Robert George Scott

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Robert George Scott
Born22 April 1857
Peterborough, England
Died3 October 1918
Wynberg, South Africa
Plumstead Cemetery[1]
AllegianceCape Colony
South Africa
Service/branchCape Colonial Forces
South African Army
RankLieutenant colonel
UnitCape Mounted Riflemen
Kimberley Light Horse
Battles/warsMorosi's Mountain 1879 Campaign
Second Boer War
World War I
AwardsVictoria Cross
Distinguished Service Order

Lieutenant Colonel Robert George Scott, VC, DSO (22 April 1857 – 3 October 1918) was an English recipient of the Victoria Cross, the highest and most prestigious award for gallantry in the face of the enemy that can be awarded to British and Commonwealth forces.

Early military career[edit]

Scott was born on 22 April 1857 at Whittlesey, near Peterborough, Cambridgeshire. He was the son of Fleet-Surgeon Robert Charles Scott (RN) and Mary Elizabeth Scott, and entered Epsom College in 1870 and joined Granville House. He was an active member of the College Corps. After leaving College in 1871 he went on to join the Cape Mountain Riflemen in 1876. He served in the Frontier Wars of 1877 and the Zulu War of 1878–9.[1]

Details of Victoria Cross[edit]

Scott was 21 years old, and a sergeant in the Cape Mounted Riflemen, Cape Colonial Forces during the Morosi's Mountain 1879 Campaign when the following deed took place for which he was awarded the VC.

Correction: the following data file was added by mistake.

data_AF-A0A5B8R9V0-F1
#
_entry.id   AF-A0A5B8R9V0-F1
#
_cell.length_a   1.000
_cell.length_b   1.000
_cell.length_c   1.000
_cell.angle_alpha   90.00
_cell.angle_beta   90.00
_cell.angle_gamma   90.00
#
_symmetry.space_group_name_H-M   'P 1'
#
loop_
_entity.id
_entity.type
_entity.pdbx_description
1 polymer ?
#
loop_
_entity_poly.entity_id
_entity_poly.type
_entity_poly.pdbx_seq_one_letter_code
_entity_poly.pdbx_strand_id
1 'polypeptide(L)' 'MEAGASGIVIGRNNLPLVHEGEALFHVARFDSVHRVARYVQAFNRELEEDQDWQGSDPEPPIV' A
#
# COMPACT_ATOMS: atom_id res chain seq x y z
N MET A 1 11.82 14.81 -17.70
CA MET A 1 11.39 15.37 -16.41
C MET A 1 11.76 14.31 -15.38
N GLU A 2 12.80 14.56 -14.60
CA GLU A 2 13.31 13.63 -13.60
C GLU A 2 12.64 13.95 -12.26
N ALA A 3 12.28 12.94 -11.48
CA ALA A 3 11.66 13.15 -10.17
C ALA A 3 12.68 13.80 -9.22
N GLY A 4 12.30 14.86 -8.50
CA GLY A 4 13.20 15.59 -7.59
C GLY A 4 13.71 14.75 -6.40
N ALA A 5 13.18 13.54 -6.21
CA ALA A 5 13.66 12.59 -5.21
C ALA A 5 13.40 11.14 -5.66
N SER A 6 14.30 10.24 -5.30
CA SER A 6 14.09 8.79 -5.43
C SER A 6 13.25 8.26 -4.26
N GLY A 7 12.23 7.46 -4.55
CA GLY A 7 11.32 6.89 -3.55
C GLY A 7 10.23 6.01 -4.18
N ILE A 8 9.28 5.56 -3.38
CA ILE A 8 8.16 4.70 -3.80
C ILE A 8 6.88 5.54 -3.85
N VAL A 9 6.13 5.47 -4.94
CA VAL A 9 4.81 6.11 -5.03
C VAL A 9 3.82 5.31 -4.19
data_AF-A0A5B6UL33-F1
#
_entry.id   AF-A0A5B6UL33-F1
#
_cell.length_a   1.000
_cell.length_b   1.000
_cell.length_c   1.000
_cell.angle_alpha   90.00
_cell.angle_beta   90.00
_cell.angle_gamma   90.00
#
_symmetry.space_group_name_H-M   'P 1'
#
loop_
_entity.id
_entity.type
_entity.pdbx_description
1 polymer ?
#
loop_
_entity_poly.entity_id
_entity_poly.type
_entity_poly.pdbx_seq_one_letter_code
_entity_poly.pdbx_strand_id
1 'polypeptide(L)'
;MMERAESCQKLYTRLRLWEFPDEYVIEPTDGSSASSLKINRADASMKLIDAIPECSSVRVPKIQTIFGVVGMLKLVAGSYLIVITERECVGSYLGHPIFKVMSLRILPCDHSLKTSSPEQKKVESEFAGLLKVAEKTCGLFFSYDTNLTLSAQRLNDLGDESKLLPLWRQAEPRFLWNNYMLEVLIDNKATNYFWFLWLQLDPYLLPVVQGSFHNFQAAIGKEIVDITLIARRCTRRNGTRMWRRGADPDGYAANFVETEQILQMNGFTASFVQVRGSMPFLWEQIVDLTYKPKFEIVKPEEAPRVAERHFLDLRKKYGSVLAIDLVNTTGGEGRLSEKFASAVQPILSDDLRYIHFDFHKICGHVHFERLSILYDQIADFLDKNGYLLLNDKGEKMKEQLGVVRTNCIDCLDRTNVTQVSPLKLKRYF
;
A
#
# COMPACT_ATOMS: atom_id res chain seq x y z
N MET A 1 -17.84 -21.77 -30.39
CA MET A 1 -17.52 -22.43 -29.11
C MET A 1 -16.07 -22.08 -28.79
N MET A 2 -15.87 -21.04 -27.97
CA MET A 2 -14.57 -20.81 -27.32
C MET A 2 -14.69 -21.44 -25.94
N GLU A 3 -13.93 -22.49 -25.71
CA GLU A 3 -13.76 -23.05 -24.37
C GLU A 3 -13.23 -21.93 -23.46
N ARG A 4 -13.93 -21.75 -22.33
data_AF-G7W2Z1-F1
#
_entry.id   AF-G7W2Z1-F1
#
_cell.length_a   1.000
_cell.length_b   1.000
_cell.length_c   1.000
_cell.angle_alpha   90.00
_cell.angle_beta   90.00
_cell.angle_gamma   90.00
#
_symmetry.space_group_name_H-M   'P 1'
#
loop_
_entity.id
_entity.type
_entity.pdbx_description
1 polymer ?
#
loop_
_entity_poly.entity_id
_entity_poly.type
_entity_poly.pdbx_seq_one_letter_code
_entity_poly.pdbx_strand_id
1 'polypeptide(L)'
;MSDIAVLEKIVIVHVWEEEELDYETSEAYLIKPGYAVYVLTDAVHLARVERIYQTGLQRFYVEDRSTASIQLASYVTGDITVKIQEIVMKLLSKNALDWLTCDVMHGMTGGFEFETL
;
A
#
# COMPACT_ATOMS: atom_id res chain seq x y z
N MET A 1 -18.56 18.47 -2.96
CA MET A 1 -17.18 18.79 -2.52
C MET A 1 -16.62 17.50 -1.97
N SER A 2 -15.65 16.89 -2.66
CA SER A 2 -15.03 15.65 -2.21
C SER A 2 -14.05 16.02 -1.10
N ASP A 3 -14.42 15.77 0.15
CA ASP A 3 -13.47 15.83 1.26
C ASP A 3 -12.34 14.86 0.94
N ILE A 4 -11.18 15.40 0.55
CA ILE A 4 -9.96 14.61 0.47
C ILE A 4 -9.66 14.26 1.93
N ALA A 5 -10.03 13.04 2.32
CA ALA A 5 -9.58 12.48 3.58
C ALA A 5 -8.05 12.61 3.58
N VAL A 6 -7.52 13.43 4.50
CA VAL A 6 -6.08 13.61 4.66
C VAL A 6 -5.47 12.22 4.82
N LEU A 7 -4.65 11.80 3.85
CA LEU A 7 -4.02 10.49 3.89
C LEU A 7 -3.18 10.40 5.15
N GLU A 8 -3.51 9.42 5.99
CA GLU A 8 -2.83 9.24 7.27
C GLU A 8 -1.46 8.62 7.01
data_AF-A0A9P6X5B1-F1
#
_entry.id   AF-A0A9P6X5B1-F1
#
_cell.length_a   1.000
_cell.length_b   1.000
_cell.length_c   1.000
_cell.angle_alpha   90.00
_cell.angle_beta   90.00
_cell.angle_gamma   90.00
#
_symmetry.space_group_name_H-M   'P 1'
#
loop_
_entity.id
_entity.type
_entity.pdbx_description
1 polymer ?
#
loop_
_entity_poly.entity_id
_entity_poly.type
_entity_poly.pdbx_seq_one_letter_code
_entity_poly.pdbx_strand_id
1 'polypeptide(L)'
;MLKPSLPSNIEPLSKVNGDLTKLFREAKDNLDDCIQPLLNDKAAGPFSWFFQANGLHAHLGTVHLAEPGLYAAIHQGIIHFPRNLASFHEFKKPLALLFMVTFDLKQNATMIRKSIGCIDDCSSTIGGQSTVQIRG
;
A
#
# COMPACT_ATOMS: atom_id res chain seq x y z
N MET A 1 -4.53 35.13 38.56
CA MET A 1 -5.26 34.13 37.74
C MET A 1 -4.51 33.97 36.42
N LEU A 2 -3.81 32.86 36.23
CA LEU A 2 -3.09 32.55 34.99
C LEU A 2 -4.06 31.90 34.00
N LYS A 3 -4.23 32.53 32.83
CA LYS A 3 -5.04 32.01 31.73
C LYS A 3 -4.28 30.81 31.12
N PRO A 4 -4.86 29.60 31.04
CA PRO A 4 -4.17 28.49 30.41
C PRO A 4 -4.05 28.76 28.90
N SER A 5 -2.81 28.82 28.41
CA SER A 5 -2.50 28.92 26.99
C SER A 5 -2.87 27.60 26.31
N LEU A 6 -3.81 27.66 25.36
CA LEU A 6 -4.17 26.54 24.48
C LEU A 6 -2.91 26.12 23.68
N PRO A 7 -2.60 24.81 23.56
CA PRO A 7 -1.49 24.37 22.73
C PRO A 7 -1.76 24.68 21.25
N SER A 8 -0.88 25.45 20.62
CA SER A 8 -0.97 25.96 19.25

On 8 April 1879 during an attack on Morosi's Mountain, South Africa, Sergeant Scott volunteered to throw time-fuse shells as hand grenades over a wall of stone barricades from behind which the enemy were bringing heavy fire to bear on the Colonial troops. Sergeant Scott made his men take cover in case the shells burst prematurely before making two attempts to throw shells over it. At the second attempt the shell exploded almost in his hands blowing his right hand to pieces and wounding him severely in the leg.[2]

Later career[edit]

Scott later served in South Africa during the Second Boer War, where he was in command of the Scott's Railway Guards, attached to the Kimberley Light Horse. The Railway Guards did work on the Orange River – Kimberley line, and was engaged by the enemy several times during the war.[3] Following the end of hostilities, Scott left Cape Town for England in June 1902.[4] He later served in the First World War. He later achieved the rank of lieutenant colonel.


  1. ^ a b "Epsom College – Supplementary Page". Epsom and Ewell History Explorer. Retrieved 11 November 2012.
  2. ^ "Robert George Scott VC, Basuto War 1879". Retrieved 11 November 2012.
  3. ^ "Anglo Boer War – Scott's Railway Guards".
  4. ^ "The Army in South Africa". The Times. No. 36794. London. 14 June 1902. p. 8.

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